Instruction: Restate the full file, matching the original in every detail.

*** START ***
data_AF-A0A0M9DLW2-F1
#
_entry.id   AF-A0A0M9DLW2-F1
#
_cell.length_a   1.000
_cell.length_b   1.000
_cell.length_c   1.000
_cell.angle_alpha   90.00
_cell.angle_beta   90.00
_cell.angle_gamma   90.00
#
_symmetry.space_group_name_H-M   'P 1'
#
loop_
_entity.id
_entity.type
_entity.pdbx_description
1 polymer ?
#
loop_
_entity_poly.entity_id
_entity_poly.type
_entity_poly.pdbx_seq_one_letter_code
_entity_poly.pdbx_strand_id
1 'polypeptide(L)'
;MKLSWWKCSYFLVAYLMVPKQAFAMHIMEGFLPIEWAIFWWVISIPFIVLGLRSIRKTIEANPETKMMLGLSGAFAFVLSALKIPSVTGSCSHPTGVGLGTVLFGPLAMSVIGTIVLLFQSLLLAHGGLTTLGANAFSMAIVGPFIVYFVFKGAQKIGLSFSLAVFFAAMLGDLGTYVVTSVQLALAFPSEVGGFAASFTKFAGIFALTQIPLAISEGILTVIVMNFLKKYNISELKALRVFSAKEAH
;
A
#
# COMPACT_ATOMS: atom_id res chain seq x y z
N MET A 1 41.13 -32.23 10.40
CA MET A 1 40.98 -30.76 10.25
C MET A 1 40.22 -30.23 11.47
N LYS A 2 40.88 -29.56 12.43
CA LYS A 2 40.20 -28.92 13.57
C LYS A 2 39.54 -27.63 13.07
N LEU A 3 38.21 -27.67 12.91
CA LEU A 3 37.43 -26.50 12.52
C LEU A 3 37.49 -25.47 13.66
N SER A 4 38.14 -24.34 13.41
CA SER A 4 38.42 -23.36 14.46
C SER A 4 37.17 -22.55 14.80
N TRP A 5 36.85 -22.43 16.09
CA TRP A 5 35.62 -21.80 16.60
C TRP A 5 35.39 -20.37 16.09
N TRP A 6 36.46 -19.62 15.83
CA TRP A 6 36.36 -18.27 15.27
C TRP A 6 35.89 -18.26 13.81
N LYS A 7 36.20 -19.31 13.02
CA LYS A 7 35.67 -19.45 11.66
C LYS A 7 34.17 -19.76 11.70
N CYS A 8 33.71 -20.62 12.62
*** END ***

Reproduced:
data_AF-A0A0M9DLW2-F1
#
_entry.id   AF-A0A0M9DLW2-F1
#
_cell.length_a   1.000
_cell.length_b   1.000
_cell.length_c   1.000
_cell.angle_alpha   90.00
_cell.angle_beta   90.00
_cell.angle_gamma   90.00
#
_symmetry.space_group_name_H-M   'P 1'
#
loop_
_entity.id
_entity.type
_entity.pdbx_description
1 polymer ?
#
loop_
_entity_poly.entity_id
_entity_poly.type
_entity_poly.pdbx_seq_one_letter_code
_entity_poly.pdbx_strand_id
1 'polypeptide(L)'
;MKLSWWKCSYFLVAYLMVPKQAFAMHIMEGFLPIEWAIFWWVISIPFIVLGLRSIRKTIEANPETKMMLGLSGAFAFVLSALKIPSVTGSCSHPTGVGLGTVLFGPLAMSVIGTIVLLFQSLLLAHGGLTTLGANAFSMAIVGPFIVYFVFKGAQKIGLSFSLAVFFAAMLGDLGTYVVTSVQLALAFPSEVGGFAASFTKFAGIFALTQIPLAISEGILTVIVMNFLKKYNISELKALRVFSAKEAH
;
A
#
# COMPACT_ATOMS: atom_id res chain seq x y z
N MET A 1 41.13 -32.23 10.40
CA MET A 1 40.98 -30.76 10.25
C MET A 1 40.22 -30.23 11.47
N LYS A 2 40.88 -29.56 12.43
CA LYS A 2 40.20 -28.92 13.57
C LYS A 2 39.54 -27.63 13.07
N LEU A 3 38.21 -27.67 12.91
CA LEU A 3 37.43 -26.50 12.52
C LEU A 3 37.49 -25.47 13.66
N SER A 4 38.14 -24.34 13.41
CA SER A 4 38.42 -23.36 14.46
C SER A 4 37.17 -22.55 14.80
N TRP A 5 36.85 -22.43 16.09
CA TRP A 5 35.62 -21.80 16.60
C TRP A 5 35.39 -20.37 16.09
N TRP A 6 36.46 -19.62 15.83
CA TRP A 6 36.36 -18.27 15.27
C TRP A 6 35.89 -18.26 13.81
N LYS A 7 36.20 -19.31 13.02
CA LYS A 7 35.67 -19.45 11.66
C LYS A 7 34.17 -19.76 11.70
N CYS A 8 33.71 -20.62 12.62